The end - Between the Ends of America - CycleBlaze

October 16, 2011

The end

The greatest adventure of my life ended two months ago today.

Since then I've moved to Bellingham, a city of 80,000 people tucked into the far northwest corner of Washington State, only 20 miles from the Canadian border. I'm back to building websites and sitting in meetings. I wear pants and sleep indoors again. I've watched two of my best friends get married and I'm helping plan a wedding of my own. Most of my exercise comes from ice hockey, not bike riding. I don't write about my life anymore. I've taken exactly two pictures.

I spot reminders of the trip everywhere. There's the two-millimeter-long brown bug that squeezed itself through a gap between the outer shell of my laptop and its screen back in Sterling, Kansas, crawled around for a few hours, and then died, leaving behind a permanent dust-like speck along the bottom of the screen. When I face the mirror at certain angles, I see on the side of my left shoulder the light pink patch of skin that slowly grew back after I crashed along the highway in Haysi, Virginia. Every time I look toward the far corner my apartment's living room my eyes lock on the bike, still covered with a fine layer of dirt and dust and sand, its tires dirty and worn out, its chain sagging, its odometer showing the ridiculous number of miles it took me to ride from one end of America to the other.

Every day, without any prompting, my mind wanders to very specific moments from the most wonderful four months of my life. I remember riding through the back roads of Georgia on a beautiful spring day, my head filled with happiness. I think about climbing steeply out of Cherokee, North Carolina for ten straight miles on the Blue Ridge Parkway. I flash back to sitting under a picnic shelter in Ness City, Kansas, with the thermometer reading 110 degrees and a 30 mile-per-hour wind blowing dust across the town park in giant clouds, wondering how anyone could live in such a place and enjoy it. I remember laying on an air mattress during the late evening in Eddyville, Illinois, staying completely motionless but still sweating uncontrollably under the crush of impossible heat and humidity. I picture very clearly the early mornings in Wyoming and Montana, where the soft light and long shadows and distant mountains revealed scenes more beautiful than I could have ever imagined.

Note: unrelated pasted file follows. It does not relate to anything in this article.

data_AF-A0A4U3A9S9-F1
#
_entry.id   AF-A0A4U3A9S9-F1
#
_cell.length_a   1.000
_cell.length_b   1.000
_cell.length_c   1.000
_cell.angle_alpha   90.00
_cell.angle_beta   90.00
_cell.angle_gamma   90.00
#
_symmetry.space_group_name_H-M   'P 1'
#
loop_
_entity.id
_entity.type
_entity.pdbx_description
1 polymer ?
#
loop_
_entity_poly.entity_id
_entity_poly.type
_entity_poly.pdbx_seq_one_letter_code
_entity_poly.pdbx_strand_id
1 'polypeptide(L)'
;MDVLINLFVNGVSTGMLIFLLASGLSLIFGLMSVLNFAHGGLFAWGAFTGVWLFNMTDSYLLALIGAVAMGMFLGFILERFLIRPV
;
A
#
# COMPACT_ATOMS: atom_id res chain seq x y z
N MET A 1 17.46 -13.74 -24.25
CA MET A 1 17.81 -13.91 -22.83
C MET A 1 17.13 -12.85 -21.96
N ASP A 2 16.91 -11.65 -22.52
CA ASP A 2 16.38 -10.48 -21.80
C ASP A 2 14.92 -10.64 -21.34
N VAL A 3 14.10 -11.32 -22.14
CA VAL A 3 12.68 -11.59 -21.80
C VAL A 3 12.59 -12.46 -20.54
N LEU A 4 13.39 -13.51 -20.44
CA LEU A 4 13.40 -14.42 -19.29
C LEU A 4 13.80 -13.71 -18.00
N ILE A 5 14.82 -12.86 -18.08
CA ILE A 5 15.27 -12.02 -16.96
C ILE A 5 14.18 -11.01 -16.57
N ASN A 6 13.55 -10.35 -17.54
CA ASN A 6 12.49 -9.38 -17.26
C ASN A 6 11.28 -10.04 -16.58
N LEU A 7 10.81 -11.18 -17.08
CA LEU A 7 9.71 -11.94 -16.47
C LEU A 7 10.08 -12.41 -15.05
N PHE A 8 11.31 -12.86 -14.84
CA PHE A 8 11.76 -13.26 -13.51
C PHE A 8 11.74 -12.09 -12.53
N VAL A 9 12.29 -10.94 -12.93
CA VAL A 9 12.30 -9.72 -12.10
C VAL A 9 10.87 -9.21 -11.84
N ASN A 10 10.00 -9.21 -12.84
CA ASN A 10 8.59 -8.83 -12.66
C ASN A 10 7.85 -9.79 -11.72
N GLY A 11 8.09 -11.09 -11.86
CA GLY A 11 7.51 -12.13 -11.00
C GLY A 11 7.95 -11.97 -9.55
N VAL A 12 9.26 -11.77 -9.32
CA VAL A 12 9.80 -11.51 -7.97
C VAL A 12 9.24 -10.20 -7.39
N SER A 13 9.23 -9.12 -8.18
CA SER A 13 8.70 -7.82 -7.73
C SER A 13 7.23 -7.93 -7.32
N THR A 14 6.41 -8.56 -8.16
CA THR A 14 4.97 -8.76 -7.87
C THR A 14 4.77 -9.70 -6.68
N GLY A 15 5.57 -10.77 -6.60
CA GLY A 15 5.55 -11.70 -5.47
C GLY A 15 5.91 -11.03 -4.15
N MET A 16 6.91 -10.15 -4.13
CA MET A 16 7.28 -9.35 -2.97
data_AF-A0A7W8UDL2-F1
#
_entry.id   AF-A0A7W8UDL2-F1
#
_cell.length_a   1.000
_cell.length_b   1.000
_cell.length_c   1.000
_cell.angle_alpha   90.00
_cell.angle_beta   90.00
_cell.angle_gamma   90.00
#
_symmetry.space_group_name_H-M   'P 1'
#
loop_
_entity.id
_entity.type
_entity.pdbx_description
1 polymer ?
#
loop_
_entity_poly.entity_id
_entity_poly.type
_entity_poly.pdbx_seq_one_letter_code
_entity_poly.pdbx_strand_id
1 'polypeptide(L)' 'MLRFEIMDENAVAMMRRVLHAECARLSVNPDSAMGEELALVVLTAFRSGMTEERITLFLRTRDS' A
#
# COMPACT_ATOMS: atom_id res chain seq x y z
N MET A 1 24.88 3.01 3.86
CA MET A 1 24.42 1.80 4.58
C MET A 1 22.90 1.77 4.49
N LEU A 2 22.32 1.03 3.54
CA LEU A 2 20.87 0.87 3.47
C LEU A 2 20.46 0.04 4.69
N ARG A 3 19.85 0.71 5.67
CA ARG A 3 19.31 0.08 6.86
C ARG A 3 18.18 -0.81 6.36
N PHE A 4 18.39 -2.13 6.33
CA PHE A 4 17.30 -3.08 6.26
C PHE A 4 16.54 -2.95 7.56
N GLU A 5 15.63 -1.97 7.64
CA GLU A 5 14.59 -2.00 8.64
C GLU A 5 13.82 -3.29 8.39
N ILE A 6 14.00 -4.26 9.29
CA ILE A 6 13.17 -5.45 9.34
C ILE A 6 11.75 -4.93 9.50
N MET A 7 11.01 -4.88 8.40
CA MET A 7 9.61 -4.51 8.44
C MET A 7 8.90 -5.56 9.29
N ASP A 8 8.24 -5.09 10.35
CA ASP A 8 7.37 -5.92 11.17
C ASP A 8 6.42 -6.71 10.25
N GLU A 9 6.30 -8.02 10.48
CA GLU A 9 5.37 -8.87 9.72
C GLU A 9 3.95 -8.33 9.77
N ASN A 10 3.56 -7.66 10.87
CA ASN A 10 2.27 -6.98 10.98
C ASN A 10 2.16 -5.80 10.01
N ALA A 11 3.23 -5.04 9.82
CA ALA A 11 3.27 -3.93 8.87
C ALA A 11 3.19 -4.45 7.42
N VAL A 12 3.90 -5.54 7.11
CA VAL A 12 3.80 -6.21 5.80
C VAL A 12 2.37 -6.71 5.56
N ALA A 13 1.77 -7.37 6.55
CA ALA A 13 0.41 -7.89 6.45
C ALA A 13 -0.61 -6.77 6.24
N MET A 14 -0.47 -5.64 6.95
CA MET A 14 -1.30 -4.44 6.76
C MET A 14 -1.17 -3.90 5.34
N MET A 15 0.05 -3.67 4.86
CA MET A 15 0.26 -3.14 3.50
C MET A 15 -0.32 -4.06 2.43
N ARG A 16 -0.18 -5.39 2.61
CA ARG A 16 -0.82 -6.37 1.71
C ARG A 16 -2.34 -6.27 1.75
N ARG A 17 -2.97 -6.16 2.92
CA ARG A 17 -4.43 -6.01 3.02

I think about how I ended nearly every day feeling happy. By the time I was ready to head to sleep, the frustrations about hills or weather or mechanical problems had faded away, leaving me with positive memories, feelings of accomplishment, and optimism about the day ahead. I remember the people I met in Eastern Kentucky—people who turned out to be the most helpful and generous of all, even though they had the least to spare. I think about spending nights in the churches and town parks of Virginia and Kentucky with Chris, laughing across Kansas with the Adventure Cycling Association group, and sharing stories about long-distance bike travel with strangers who passed into my life and then back out of it in the span of only a few hours. I feel grateful for the people who welcomed me into their homes and treated me like family.

Riding across America challenged me physically every day. I'm still impressed by the climbs I conquered in the Appalachians and the Rockies, the days I traveled more than a hundred miles, the kinds of extreme weather I pushed through, and the ridiculous amount of unhealthy food I forced my body to process. But that's not the effort I'm most proud of.